Competence!

February 10th, 2013

When I first started sketching out the “Minimal competence” blog post in my head, I imagined it as part of a series. The series had three real functions:

  1. To layout a theory about our obligations as builders of services and consumers of those services
  2. To selfishly hilight the hard problems that Flickr and Etsy had tackled and others had shied away from
  3. To contextualize my frustration that Twitter’s search lacked two features that, while hard, were core to the way I wanted to use it, and the retreat from which felt like cowardice.

On point #3 those two missing Twitter features were:

  1. The ability to search over all time, not just a fluctuating window of 12 – 72 hours.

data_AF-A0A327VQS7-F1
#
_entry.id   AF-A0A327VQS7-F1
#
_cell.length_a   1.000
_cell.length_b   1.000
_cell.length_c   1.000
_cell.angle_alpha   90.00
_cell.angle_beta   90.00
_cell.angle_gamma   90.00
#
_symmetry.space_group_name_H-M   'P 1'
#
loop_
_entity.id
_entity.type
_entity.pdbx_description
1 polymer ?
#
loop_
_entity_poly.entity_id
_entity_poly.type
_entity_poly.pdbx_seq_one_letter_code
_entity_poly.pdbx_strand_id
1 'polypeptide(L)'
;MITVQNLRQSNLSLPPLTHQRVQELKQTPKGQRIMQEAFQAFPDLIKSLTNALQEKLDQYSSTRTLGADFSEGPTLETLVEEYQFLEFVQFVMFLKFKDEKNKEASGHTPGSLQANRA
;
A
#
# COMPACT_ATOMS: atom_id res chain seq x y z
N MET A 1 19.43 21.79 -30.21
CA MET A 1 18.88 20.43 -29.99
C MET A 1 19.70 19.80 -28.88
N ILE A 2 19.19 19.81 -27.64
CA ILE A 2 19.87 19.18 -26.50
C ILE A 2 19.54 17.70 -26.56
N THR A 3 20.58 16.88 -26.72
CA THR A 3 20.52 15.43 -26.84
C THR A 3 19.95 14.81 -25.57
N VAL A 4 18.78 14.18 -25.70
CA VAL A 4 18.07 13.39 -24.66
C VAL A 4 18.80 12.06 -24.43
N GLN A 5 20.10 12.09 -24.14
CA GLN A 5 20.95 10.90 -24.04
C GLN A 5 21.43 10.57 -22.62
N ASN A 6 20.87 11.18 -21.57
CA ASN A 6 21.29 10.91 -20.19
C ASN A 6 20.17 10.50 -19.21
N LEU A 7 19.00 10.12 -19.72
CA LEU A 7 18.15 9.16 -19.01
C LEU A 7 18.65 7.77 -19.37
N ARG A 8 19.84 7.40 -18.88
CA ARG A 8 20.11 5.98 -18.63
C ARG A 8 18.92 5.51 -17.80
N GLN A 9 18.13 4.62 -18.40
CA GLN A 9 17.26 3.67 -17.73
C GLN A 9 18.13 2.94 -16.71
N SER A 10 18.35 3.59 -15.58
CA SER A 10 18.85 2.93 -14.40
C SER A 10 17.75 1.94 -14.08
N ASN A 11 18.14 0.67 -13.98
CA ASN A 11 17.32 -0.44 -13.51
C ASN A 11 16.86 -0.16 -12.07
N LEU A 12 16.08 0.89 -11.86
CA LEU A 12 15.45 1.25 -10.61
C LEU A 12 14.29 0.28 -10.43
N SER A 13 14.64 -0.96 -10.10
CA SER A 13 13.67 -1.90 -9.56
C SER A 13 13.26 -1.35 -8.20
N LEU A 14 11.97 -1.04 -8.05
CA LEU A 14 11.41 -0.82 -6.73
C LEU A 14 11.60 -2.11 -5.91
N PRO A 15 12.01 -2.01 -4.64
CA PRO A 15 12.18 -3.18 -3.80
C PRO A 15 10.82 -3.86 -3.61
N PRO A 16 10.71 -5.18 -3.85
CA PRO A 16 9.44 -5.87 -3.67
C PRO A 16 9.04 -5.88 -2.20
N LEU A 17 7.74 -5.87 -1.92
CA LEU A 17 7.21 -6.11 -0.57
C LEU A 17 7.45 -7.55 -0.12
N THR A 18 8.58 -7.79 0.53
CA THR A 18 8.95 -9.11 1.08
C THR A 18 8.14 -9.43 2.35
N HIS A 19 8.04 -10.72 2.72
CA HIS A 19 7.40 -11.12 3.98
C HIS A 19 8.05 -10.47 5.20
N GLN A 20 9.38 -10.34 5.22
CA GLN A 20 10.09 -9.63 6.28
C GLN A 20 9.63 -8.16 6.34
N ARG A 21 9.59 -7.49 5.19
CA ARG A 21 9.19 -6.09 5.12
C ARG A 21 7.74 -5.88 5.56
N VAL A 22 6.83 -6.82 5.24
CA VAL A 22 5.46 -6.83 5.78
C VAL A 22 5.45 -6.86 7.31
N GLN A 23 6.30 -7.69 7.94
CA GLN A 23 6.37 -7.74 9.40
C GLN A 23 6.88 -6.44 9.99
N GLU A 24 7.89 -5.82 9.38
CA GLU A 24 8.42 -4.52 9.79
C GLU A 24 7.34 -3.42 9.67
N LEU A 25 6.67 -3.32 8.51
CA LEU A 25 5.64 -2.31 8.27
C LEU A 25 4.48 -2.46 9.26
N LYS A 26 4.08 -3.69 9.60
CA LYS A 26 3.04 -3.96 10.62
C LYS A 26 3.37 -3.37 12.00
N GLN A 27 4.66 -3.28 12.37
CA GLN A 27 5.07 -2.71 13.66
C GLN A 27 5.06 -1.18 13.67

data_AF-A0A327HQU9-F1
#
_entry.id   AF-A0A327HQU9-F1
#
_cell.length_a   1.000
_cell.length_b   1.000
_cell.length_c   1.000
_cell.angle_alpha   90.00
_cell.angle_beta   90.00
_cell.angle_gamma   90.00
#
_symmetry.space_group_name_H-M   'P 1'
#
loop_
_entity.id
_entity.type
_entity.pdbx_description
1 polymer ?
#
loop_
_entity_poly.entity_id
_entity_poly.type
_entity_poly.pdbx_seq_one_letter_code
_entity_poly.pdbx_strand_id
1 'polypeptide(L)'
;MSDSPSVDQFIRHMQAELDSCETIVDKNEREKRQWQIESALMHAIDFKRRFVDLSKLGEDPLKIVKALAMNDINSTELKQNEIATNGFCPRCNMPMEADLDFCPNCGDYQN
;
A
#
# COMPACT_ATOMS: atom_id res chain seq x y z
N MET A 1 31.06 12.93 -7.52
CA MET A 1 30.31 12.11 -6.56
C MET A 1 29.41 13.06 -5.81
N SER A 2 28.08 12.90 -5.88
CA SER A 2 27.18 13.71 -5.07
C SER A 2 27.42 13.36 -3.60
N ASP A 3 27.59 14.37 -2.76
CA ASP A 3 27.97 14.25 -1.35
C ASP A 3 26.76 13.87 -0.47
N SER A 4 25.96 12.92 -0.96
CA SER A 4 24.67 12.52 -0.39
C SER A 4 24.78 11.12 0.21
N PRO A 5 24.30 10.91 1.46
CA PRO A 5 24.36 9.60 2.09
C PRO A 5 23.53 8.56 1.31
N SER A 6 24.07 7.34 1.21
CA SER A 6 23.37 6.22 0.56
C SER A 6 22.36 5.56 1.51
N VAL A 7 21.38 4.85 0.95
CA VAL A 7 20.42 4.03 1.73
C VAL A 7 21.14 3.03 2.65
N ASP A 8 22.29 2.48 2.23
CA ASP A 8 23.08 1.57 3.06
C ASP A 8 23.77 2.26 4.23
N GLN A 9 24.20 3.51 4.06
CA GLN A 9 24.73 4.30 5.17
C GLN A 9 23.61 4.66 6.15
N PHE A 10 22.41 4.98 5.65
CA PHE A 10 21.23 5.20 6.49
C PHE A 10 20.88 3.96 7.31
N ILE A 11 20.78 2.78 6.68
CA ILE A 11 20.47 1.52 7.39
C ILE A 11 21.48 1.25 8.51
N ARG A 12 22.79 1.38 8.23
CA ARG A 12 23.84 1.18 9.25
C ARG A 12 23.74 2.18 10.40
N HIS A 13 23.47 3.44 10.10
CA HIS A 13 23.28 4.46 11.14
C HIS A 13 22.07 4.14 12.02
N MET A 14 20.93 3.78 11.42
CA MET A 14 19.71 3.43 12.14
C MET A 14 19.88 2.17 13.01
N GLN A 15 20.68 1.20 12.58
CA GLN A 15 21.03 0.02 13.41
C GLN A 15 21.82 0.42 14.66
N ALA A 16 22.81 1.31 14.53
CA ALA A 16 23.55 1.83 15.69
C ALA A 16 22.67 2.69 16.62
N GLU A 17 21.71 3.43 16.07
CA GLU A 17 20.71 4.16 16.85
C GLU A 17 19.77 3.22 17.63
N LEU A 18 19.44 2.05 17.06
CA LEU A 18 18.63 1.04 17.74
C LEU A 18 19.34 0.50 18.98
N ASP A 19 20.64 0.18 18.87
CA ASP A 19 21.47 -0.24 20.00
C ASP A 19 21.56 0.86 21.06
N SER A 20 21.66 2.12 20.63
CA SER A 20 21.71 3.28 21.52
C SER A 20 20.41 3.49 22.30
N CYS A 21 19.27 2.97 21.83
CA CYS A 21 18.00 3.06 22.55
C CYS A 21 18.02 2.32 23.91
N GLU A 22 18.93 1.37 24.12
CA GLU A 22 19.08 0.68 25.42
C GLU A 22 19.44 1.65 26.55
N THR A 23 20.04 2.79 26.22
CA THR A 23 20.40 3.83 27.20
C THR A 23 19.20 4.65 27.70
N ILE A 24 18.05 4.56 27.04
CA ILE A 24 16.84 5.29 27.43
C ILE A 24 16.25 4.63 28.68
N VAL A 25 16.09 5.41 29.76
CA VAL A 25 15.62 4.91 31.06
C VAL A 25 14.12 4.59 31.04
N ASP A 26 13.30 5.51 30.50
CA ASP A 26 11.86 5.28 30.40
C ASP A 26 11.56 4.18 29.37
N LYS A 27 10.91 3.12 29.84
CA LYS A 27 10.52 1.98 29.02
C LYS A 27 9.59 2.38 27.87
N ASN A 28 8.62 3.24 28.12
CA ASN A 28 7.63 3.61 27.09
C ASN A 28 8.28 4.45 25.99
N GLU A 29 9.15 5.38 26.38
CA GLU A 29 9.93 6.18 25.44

2. To scope those searches to people you follow

Now I’ve built both of those features for much smaller, slower moving corpuses (after all Flickr is only up to photo id 8 billion and something, and most of Etsy’s items expire after 4 months), so I both knew it was possible, and also could only speculate on how you’d do it on top of a corpus like Twitter.

Which is all a long way of saying, Twitter now has both of these features, socially scoped searches that go back over years of tweets. Plus the ability to download your archives.

Good fucking work Twitter! (here’s hoping others follow)

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One Response to “Competence!”

  1. [...] since neither of those services seem to care about making posts persistent and findable. (Read a similar criticism that Kellan Eliott-McCrea had about Twitter.) Which means that this knowledge trail, minor though [...]

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